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Re: Default size and autodetection (SVG 2?)

From: Dr. Olaf Hoffmann <Dr.O.Hoffmann@gmx.de>
Date: Sat, 18 Jul 2015 18:11:49 +0200
To: techtonik@gmail.com, www-svg@w3.org
Message-Id: <201507181811.49260.Dr.O.Hoffmann@gmx.de>
Hello,

to get your SVG content scaled to the viewport, just use the attribute viewBox
and maybe as well preserveAspectRatio on the root svg element.
Alternatively you can use width and height with no percentage values.

If you note no width and height, they automatically become both 100%
of the available viewport.
Obviously neither a program nor humans can know, with part of the
canvas you consider to be relevant, therefore if you provide no
information about it, you cannot expect, that anybody can scale 
automatically ;o)

For example the artist Kasimir Malewitsch put a black square on the 
canvas already, but the position matters, it cannot be guessed automatically 
just from the square.
Sigmar Polke created a painting with a black corner and a text about
the black corner, why he had to make it black and a corner.
The relation to the visible part of the canvas cannot be guessed 
automatically.
Therefore do not expect this from simple programs, if we cannot do this
for simple artworks ;o)


If you note with the viewBox, which part of the (infinite) canvas is the 
relevant one, simple programs can scale this area automatically to the
available viewport. You do not need to set width and height explicitly.
Obviously if your (X)HTML:img element provides no information about the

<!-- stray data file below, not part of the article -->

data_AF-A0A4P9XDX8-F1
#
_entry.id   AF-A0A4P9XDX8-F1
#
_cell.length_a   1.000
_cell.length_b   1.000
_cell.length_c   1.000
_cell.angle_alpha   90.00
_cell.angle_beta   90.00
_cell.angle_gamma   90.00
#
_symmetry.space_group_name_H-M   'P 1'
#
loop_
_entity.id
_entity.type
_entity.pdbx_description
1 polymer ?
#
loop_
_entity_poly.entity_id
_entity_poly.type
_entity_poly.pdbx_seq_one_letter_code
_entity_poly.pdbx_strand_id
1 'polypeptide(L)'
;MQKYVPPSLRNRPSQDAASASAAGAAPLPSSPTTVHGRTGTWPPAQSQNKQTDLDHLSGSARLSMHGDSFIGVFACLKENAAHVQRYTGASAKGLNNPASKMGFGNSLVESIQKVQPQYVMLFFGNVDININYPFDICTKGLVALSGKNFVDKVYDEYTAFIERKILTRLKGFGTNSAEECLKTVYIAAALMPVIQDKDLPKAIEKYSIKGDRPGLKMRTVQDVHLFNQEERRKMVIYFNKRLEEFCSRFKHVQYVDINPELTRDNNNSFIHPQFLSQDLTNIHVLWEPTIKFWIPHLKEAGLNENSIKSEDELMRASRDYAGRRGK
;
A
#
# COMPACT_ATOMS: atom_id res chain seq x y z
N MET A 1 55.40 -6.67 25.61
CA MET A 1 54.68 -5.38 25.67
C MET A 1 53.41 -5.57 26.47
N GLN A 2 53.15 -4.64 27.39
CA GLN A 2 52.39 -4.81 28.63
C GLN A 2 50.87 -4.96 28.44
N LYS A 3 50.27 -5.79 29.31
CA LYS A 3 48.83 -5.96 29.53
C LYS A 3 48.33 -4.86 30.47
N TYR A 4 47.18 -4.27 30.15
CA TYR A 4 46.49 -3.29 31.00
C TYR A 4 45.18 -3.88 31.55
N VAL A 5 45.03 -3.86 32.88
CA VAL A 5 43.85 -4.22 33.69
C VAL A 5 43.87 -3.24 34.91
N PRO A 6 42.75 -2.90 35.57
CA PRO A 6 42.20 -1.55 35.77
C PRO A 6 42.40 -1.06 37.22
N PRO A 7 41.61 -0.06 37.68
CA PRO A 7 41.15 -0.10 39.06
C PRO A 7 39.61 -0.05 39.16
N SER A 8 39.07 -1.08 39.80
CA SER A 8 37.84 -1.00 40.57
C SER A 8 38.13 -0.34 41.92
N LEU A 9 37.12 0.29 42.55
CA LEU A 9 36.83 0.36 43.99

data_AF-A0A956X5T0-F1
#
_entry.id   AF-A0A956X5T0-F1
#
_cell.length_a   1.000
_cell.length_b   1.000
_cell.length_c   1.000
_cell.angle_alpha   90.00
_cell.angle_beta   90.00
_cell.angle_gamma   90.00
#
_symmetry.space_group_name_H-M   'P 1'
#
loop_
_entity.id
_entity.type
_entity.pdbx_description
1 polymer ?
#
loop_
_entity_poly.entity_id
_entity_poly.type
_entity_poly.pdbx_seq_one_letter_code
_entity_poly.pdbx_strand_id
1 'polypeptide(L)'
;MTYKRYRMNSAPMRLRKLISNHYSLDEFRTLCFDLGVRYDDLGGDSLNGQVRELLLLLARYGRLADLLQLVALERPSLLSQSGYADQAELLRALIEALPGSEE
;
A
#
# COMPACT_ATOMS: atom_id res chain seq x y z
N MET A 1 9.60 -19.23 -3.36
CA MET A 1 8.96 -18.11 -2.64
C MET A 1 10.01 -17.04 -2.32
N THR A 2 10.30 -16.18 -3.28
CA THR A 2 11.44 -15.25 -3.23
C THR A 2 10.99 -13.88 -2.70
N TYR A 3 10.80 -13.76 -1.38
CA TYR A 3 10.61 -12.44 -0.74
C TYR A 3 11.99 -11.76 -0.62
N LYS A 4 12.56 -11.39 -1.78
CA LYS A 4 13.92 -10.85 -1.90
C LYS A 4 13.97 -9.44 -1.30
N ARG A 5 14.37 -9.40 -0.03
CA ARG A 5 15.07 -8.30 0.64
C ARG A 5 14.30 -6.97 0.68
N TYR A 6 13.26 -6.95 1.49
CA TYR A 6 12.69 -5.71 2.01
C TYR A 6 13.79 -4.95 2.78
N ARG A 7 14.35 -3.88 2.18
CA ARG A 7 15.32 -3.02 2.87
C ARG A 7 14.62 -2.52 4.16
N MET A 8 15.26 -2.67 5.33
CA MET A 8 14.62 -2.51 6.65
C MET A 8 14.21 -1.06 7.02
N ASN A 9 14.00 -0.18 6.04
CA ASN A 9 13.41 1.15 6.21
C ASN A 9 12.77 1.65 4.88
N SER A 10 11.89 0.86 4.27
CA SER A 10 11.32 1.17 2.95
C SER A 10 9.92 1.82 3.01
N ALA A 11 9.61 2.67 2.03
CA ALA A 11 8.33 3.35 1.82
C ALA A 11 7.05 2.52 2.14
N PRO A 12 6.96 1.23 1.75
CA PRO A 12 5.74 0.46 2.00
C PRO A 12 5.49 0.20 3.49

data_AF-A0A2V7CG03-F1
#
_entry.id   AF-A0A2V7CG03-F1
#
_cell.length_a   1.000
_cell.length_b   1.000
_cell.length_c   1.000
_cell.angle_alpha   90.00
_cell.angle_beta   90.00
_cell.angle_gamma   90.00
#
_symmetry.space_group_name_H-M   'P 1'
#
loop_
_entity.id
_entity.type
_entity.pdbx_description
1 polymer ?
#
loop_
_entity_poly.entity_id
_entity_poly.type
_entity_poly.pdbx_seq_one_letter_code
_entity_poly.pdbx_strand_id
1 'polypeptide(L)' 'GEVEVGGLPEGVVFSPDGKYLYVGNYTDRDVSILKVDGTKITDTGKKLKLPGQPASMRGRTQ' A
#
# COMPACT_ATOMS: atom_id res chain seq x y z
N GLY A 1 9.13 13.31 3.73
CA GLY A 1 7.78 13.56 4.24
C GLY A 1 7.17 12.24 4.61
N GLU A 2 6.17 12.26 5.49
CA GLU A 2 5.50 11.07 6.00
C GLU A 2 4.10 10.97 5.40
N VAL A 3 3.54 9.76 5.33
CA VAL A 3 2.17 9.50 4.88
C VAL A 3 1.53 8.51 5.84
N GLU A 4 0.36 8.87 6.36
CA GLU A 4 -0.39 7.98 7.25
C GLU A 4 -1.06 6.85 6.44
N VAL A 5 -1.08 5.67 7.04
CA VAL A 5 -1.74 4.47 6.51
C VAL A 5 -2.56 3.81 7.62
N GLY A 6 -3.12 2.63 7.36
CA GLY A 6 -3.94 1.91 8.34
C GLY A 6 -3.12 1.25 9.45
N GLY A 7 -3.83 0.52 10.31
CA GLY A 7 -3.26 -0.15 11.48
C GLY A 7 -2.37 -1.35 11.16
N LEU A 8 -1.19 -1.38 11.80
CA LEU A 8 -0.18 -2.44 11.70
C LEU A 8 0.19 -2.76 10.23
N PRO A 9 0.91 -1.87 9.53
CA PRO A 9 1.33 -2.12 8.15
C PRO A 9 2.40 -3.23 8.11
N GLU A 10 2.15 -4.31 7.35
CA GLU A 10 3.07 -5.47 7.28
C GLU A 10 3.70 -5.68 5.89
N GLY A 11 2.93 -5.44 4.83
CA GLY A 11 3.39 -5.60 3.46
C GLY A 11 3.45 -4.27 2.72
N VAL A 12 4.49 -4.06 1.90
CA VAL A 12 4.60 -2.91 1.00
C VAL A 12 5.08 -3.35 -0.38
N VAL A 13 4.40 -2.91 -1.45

size of the viewport (attributes width and height) it becomes difficult.
According to SVG it should be 100% of the available viewport, maybe that
of the embedding document as well, but this is not clearly defined and
(X)HTML does not define either, how much the img is, if there is no with and
height noted and such information cannot be derived from the referenced
image either. Therefore authors have to care about this either with width
and height for the  (X)HTML:img/object or within the SVG file or with the
related CSS properties.

I think, these 300x150 come from an intenionally stupid CSS rule, not directly
related to SVG or (X)HTML. The rule is stupid enough to ensure, that authors
care to provide more meaningful information about the size of the graphics,
and this can be given with attributes width and height for  (X)HTML:img/object
as well.

About namespaces (xmlns) - well this is a simple, efficient and very important
feature of XML to give a relation to a defined meaning for elements (and 
attributes). And it is older than SVG or XHTML.
Without you have only meaningless tag soup.
Without rect does not necessarily mean a rectangle.
Within another XML format, for example a medical markup language for 
graphical representation, it could be a container for rectal issues as well -
how to distinguish without namespaces?
And even worse, what to do, if you need to mix both formats, to get the
semantical meaning from the medical markup language for 
graphical representation into the SVG document to visualise the
rectal issues to a wide audience? (or at least to those, who are interested in 
such a visualisation?)
And to distinguish will be quite important typically both for
SVG authors and those using the medical markup language for graphical 
representations and even more for those using both in one document ;o)
It is mainly a service both for authors and the audience to get this right
and meanigful with namespaces.
Without you have only meaningless tag soup.
You can see already with this example - it is pure and established practice,
no academic theory at all ;o)


Have fun with SVG (and mixing fragments from different namepaces)
Olaf
Received on Saturday, 18 July 2015 16:12:21 UTC

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